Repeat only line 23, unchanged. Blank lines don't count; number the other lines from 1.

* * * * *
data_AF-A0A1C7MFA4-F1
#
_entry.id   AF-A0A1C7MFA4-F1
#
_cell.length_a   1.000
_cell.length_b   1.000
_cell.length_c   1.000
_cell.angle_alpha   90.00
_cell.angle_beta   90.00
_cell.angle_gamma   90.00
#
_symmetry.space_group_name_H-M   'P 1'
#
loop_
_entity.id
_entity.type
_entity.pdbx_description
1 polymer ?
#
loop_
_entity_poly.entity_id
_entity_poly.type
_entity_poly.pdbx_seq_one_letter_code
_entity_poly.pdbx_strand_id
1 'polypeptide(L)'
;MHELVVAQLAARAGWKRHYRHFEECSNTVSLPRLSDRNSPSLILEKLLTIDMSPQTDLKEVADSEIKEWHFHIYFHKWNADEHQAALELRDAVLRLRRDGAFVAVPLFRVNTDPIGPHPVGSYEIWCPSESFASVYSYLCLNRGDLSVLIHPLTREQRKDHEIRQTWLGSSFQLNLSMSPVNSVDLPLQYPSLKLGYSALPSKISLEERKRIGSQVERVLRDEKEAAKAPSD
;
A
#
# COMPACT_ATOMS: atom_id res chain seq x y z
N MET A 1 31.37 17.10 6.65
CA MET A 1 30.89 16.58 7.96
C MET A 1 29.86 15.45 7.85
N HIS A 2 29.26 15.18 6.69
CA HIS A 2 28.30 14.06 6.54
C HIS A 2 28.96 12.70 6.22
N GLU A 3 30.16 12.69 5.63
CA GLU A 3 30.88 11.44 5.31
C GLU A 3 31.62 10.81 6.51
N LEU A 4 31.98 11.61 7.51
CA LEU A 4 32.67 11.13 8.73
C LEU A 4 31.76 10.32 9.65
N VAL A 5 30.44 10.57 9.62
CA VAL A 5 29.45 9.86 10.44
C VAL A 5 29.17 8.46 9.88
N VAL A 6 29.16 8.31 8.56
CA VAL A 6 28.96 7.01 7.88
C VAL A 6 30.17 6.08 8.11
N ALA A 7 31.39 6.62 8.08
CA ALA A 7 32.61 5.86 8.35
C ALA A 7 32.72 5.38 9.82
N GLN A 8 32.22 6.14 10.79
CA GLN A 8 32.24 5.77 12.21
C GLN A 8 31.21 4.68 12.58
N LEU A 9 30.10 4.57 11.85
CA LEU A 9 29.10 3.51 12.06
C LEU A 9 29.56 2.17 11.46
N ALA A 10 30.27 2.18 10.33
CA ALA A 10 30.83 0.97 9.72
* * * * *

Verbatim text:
_entity_poly.pdbx_seq_one_letter_code